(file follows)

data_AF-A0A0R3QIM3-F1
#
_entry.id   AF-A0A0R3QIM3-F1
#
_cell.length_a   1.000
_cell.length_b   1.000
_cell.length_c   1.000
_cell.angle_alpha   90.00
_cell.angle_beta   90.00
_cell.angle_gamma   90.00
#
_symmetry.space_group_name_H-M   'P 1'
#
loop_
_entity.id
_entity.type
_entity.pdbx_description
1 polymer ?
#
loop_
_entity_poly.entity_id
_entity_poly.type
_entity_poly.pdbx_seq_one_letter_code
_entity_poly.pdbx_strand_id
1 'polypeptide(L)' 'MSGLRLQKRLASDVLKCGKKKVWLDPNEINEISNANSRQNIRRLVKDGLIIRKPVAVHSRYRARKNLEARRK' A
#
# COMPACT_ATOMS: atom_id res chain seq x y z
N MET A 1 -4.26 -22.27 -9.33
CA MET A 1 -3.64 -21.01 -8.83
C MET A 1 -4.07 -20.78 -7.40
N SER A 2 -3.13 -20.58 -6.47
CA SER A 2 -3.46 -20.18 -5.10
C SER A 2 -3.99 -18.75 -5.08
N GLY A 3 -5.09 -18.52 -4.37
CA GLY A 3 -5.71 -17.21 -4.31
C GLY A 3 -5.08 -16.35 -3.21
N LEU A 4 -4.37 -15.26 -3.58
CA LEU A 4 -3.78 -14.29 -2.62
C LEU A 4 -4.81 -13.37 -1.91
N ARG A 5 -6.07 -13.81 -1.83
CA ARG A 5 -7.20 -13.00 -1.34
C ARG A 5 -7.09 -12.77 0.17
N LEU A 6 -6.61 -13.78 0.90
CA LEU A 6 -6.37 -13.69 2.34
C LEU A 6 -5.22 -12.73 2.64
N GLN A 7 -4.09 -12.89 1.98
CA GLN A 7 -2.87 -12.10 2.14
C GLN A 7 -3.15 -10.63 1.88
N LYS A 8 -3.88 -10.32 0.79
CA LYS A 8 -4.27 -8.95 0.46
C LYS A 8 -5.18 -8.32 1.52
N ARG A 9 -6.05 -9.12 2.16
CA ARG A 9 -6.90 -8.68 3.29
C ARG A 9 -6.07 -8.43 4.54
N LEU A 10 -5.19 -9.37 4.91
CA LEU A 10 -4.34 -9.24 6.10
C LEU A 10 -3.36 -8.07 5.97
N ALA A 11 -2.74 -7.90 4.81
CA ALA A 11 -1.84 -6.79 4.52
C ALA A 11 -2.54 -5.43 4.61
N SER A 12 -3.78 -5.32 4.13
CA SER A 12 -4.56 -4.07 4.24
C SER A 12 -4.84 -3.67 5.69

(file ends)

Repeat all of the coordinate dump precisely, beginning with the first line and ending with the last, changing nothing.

data_AF-A0A0R3QIM3-F1
#
_entry.id   AF-A0A0R3QIM3-F1
#
_cell.length_a   1.000
_cell.length_b   1.000
_cell.length_c   1.000
_cell.angle_alpha   90.00
_cell.angle_beta   90.00
_cell.angle_gamma   90.00
#
_symmetry.space_group_name_H-M   'P 1'
#
loop_
_entity.id
_entity.type
_entity.pdbx_description
1 polymer ?
#
loop_
_entity_poly.entity_id
_entity_poly.type
_entity_poly.pdbx_seq_one_letter_code
_entity_poly.pdbx_strand_id
1 'polypeptide(L)' 'MSGLRLQKRLASDVLKCGKKKVWLDPNEINEISNANSRQNIRRLVKDGLIIRKPVAVHSRYRARKNLEARRK' A
#
# COMPACT_ATOMS: atom_id res chain seq x y z
N MET A 1 -4.26 -22.27 -9.33
CA MET A 1 -3.64 -21.01 -8.83
C MET A 1 -4.07 -20.78 -7.40
N SER A 2 -3.13 -20.58 -6.47
CA SER A 2 -3.46 -20.18 -5.10
C SER A 2 -3.99 -18.75 -5.08
N GLY A 3 -5.09 -18.52 -4.37
CA GLY A 3 -5.71 -17.21 -4.31
C GLY A 3 -5.08 -16.35 -3.21
N LEU A 4 -4.37 -15.26 -3.58
CA LEU A 4 -3.78 -14.29 -2.62
C LEU A 4 -4.81 -13.37 -1.91
N ARG A 5 -6.07 -13.81 -1.83
CA ARG A 5 -7.20 -13.00 -1.34
C ARG A 5 -7.09 -12.77 0.17
N LEU A 6 -6.61 -13.78 0.90
CA LEU A 6 -6.37 -13.69 2.34
C LEU A 6 -5.22 -12.73 2.64
N GLN A 7 -4.09 -12.89 1.98
CA GLN A 7 -2.87 -12.10 2.14
C GLN A 7 -3.15 -10.63 1.88
N LYS A 8 -3.88 -10.32 0.79
CA LYS A 8 -4.27 -8.95 0.46
C LYS A 8 -5.18 -8.32 1.52
N ARG A 9 -6.05 -9.12 2.16
CA ARG A 9 -6.90 -8.68 3.29
C ARG A 9 -6.07 -8.43 4.54
N LEU A 10 -5.19 -9.37 4.91
CA LEU A 10 -4.34 -9.24 6.10
C LEU A 10 -3.36 -8.07 5.97
N ALA A 11 -2.74 -7.90 4.81
CA ALA A 11 -1.84 -6.79 4.52
C ALA A 11 -2.54 -5.43 4.61
N SER A 12 -3.78 -5.32 4.13
CA SER A 12 -4.56 -4.07 4.24
C SER A 12 -4.84 -3.67 5.69